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For pre-fall, Area’s Piotrek Panszczyk was thinking about butterflies, even though he “kind of hates butterflies.” His antipathy for the little creatures was precisely why they were so appealing. “I love diving into things that I personally don’t relate to and making them my own,” he said over Zoom.

“Previously we did it in a kind of iconic ’90s-Mariah Carey-Salma Hayek way,” the designer added, referencing the bedazzled going-out tops worn by the stars that have since become Gen Z cultural touchpoints. “So I was thinking, how can we really flip the script a bit, you know, especially coming off from the last runway, which was a bit more moody.” While there was one bedazzled butterfly-shaped going-out top for the girlies, the majority of the collection saw Panszczyk and the Area team explore new ground. A black cropped tailored jacket with contrasting white oversized lapels that captured an abstracted butterfly silhouette, and another tailored button-front jacket with two appliqued white butterflies (that could also pass for bows) set the tone for the collection. It was playful, but serious. For a lady. Even if the jacket was worn with high-cut black bikini underwear.

Panszczyk has a knack for hitting all of the different commercial categories that Area is known for with a unique flavor that makes the clothes seem like fashion-forward offerings and not afterthoughts. For the sporty set, for example, a black t-shirt with a butterfly cutout in the middle, with a beige trim, worn with matching leggings, also with a butterfly cutout around the upper thigh. “We did a lot of fittings, to get the cutouts right,” the designer said, laughing, about the skin-revealing garments.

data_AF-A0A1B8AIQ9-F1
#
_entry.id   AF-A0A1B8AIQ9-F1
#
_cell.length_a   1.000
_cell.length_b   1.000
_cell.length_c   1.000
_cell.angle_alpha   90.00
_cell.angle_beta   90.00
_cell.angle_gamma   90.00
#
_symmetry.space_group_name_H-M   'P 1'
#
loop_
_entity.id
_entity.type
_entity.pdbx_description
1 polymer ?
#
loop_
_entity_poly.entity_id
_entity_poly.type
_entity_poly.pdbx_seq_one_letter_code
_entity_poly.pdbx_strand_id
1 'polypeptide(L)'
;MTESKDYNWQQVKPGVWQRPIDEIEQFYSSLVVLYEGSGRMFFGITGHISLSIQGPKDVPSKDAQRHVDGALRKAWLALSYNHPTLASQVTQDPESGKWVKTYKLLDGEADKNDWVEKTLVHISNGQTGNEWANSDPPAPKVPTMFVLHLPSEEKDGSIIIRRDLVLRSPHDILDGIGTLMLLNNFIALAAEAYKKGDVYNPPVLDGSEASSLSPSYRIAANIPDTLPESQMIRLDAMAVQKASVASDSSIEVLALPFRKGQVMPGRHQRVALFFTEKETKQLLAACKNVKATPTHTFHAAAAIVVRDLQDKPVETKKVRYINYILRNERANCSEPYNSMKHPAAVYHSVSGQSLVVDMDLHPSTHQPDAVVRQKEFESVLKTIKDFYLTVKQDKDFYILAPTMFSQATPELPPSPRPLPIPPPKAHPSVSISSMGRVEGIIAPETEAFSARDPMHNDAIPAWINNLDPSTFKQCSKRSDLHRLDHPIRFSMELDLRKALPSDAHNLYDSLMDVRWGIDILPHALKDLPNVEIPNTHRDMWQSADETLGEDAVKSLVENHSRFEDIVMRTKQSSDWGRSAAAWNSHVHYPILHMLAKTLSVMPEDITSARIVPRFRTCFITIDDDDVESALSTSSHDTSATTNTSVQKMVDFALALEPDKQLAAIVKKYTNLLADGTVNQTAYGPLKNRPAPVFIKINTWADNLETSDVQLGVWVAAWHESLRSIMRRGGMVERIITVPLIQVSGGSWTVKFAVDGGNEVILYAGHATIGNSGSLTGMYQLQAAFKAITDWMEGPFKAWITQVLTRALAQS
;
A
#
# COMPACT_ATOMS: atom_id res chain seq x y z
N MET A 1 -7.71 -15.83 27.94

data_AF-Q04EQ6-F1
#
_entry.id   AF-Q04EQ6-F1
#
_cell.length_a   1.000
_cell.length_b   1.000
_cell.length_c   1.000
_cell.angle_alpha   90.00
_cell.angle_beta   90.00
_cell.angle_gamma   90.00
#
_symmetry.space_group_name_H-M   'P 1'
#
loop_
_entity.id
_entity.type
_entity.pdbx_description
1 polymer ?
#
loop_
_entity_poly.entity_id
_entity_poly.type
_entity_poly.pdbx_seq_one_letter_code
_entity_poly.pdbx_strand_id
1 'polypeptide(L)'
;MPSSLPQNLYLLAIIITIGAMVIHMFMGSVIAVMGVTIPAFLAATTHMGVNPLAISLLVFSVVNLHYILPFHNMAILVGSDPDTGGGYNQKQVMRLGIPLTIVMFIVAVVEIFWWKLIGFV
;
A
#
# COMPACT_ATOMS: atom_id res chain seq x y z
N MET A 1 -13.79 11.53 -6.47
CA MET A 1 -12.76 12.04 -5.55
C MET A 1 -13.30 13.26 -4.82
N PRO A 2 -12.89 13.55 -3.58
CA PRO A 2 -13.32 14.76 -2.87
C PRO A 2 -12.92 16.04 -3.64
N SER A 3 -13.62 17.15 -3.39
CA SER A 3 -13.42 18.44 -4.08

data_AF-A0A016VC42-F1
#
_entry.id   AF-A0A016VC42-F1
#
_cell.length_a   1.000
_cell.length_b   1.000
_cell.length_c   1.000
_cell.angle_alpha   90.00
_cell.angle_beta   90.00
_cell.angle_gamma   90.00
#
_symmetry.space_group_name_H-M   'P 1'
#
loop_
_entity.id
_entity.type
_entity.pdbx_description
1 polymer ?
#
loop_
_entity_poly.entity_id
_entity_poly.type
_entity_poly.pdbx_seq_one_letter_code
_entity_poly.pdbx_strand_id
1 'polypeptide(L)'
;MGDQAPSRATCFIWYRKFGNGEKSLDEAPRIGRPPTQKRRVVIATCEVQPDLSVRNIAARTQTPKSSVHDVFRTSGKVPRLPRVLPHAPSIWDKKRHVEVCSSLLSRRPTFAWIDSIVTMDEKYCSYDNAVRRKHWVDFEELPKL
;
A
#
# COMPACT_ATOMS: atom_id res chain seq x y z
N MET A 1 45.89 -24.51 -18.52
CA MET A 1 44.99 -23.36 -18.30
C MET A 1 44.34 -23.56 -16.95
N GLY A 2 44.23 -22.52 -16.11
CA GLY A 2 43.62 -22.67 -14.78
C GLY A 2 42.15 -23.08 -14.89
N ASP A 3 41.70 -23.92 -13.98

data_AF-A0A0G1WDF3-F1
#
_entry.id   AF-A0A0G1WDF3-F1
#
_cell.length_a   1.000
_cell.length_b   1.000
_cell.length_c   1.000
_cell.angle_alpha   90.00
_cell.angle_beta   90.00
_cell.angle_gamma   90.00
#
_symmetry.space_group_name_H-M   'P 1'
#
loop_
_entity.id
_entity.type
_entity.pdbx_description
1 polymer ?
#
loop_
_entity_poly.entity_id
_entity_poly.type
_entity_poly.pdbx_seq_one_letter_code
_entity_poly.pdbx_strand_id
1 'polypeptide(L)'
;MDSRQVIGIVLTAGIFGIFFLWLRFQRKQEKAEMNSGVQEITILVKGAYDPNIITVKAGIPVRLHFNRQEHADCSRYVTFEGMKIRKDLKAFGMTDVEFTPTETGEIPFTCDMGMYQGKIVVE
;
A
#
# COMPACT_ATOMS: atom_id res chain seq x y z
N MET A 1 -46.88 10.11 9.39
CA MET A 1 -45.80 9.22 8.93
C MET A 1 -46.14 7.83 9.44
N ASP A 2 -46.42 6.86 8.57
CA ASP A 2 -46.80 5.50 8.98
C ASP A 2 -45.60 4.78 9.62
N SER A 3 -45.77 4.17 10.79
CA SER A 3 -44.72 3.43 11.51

This season’s denim styles were among Area’s best. Separates made from raw Japanese denim featured cutouts and butterfly-appliqués made from the same fabric; a little denim jacket, bustier mini dress, and a mini skirt were pumped up to 11 in a groovy hand-drawn butterfly print in shades of purple, pink, white, and black, on a green background embellished with crystal butterflies. Lastly, a four-button, slightly longer, single breasted jacket, worn with a very narrow jean hemmed right below the ankle, was made from a powder blue washed-denim with crystal-embroidered “moth holes.” “We were thinking, ‘what if it’s a butterfly at night? What if it’s a moth?’” Panszczyk explained.

The vastness of the research was also evident in a series of colorblock ponte jersey separates, in particular a long gown with a cutout at the chest, plus playful circular cutouts on the shoulders and the knees. They began by “looking at the antlers butterflies have,” before becoming, “a ’70s geometric jewelry kind of thing,” then finally arriving at a “Stephen Burrows kind of psychedelic feel.” Even without all the 3D, architectural details that had become Area’s trademark, Panszczyk seems to be having just as much fun designing for the human body, exactly as it is.